Are you a fan of true crime? From podcasts, books, documentaries, and Netflix series, our society is consumed with ‘juicy’ horror stories of crime. Whether it’s a story about serial killers or cold-blooded killings, people are hungry for more. In this episode of Move It Forward, we look at the genre of true crime with guest Chenjerai Kumanyika and explore its history, our fascination with it, and the realities of crime and harm on the streets.

Tune in to learn more about how institutional and systemic violence harms far more people than the sensationalized individual stories of crime and “evil” we are fed. It’s time to shift the way in which the media perpetuates fear, stereotypes, and sensationalized acts of harm and transform it as an advocacy tool to realistically address harm and violence in our communities.

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A community response approach to mental health and substance abuse crises reduced crime

Thomas S. Dee & Jaymes Pyne (Stanford University)

Police officers often serve as first responders to mental health and substance abuse crises. Concerns over the unintended consequences and high costs associated with this approach have motivated emergency response models that augment or completely remove police involvement. However, there is little causal evidence evaluating these programs. This study presents evidence on the impact of an innovative “community response” pilot in Denver that directed targeted emergency calls to health care responders instead of the police. Evidence shows that the program reduced reports of targeted, less serious crimes (e.g., trespassing, public disorder, and resisting arrest) by 34% and had no detectable effect on more serious crimes. The sharp reduction in targeted crimes reflects the fact that health-focused first responders are less likely to report individuals they serve as criminal offenders and the spillover benefits of the program (e.g., reducing crime during hours when the program was not in operation).

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We Must Fight In Solidarity With Trans Youth: Drawing the Connections Between Our Movements

Interrupting Criminalization

This brief is intended to help organizers working to stop the violence of surveillance, policing and punishment and advance racial, reproductive, gender, LGBTQ, migrant, and disability justice to:

  • make links between criminalization of care for trans youth across all of our struggles;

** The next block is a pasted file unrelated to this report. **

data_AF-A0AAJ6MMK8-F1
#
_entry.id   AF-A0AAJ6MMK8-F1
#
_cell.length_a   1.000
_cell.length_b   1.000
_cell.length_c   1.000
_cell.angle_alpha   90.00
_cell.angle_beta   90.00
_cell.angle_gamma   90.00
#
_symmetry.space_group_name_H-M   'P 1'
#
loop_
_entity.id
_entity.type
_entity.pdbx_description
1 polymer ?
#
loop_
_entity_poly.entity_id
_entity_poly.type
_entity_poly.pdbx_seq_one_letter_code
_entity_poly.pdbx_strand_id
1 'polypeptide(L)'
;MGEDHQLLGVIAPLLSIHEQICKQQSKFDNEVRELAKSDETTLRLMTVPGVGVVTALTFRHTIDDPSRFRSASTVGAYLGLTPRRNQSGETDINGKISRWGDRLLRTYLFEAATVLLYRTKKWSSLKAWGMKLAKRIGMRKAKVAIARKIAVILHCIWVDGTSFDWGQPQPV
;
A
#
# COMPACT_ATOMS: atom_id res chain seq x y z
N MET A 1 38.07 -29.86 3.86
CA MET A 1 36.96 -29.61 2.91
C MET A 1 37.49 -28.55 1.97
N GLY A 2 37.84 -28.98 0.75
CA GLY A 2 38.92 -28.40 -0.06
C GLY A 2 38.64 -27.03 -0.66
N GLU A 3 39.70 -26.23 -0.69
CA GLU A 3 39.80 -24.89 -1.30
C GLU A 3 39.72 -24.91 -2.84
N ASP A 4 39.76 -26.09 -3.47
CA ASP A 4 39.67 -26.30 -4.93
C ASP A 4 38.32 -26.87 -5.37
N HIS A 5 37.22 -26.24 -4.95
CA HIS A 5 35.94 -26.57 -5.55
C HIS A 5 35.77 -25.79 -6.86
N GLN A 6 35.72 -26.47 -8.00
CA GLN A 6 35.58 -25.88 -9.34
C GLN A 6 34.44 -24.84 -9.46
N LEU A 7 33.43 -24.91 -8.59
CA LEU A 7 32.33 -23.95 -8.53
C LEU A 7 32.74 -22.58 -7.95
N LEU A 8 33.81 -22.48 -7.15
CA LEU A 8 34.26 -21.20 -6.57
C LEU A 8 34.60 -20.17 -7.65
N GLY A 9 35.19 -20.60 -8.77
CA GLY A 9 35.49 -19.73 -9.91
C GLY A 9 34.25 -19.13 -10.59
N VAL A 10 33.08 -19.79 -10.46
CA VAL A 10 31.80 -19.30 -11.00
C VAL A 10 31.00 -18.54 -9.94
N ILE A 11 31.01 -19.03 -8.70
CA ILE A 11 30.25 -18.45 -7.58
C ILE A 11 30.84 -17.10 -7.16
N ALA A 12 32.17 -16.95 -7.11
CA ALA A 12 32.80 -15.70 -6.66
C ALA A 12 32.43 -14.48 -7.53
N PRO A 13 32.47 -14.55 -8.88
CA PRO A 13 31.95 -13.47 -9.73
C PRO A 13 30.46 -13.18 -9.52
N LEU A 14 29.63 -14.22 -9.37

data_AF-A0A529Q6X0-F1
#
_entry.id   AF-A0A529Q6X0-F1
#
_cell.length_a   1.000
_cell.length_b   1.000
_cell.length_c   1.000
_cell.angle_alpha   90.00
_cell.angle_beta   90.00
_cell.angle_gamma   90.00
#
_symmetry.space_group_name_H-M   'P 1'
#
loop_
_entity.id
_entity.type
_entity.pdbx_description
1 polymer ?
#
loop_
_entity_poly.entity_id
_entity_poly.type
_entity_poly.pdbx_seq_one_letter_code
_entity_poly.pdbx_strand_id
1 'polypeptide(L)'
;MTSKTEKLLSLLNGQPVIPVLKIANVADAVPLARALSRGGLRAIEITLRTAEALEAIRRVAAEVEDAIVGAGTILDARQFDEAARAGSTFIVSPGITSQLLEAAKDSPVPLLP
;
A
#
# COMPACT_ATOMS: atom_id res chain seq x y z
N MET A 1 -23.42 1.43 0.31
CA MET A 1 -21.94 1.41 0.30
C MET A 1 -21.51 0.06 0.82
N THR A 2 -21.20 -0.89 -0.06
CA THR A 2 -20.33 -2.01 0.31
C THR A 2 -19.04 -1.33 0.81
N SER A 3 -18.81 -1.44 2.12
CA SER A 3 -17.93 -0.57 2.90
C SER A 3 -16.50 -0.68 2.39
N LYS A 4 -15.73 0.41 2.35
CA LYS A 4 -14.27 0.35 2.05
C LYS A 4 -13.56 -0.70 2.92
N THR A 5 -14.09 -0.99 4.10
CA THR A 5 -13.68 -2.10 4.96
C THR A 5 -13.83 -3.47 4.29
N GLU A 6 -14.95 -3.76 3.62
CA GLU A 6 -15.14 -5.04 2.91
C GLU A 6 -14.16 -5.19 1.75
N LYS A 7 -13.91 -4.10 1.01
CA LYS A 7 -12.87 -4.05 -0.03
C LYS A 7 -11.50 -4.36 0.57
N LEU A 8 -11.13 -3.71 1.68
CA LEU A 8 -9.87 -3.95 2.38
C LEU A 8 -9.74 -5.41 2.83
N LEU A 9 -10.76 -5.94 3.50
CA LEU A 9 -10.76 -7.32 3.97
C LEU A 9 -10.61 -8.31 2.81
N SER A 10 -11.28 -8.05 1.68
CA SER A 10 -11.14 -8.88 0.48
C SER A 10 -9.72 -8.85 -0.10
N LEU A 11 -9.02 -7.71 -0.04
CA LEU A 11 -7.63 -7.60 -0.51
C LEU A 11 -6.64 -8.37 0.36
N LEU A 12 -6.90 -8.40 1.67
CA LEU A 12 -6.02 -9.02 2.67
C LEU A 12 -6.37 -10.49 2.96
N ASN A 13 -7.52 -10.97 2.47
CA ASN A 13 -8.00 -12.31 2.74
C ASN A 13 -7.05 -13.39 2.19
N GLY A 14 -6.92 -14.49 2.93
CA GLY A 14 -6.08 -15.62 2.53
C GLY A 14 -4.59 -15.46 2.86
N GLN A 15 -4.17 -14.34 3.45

• understand how we can join the fight to challenge criminalization of trans health care;
  • be of support to folks seeking and offering gender-affirming care;
  • and connect the criminalization of gender-affirming health care to broader calls to defund police, decriminalize, and divest from surveillance, policing and punishment.

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Futuro y Esperanza: Latinx Perspectives on Policing and Safety

Mijente

This report comes through collaboration between Mijente, Perry Undem, the Community Resource Hub, and the Center for Advancing Innovative Policy. This report is the first national comprehensive study on Latinx attitudes about policing and public safety in the United States and Puerto Rico. We believe in our gente and our communities, that together we can envision and build futures beyond the constraints of punitive measures. That’s why we commissioned a national study and focus groups, to better understand Latinx experiences and develop strategic organizing interventions and resources. The results tell a story that mirrors the Latinx diaspora as a whole: our gente’s political perspectives vary drastically depending on any number of factors. Still, in analyzing thousands of responses across 11 different focus groups, it is clear that our gente believe that making communities safer is about resources, jobs, and education, not more police.

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Move It Forward – Care Not Cops: Mental Health Responses for Our Communities

Amistad Law Project

What is mental health? How can we be more whole and how can we advocate for systems that help all of our community members heal? In this episode, we look at mental health with two practitioners — Iresha Picot and Jacqui Johnson. Listen to their conversation that ranges from trauma to mental health crisis response to hip-hop. Learn about the policy changes that could make city services more just and what we all need to be well.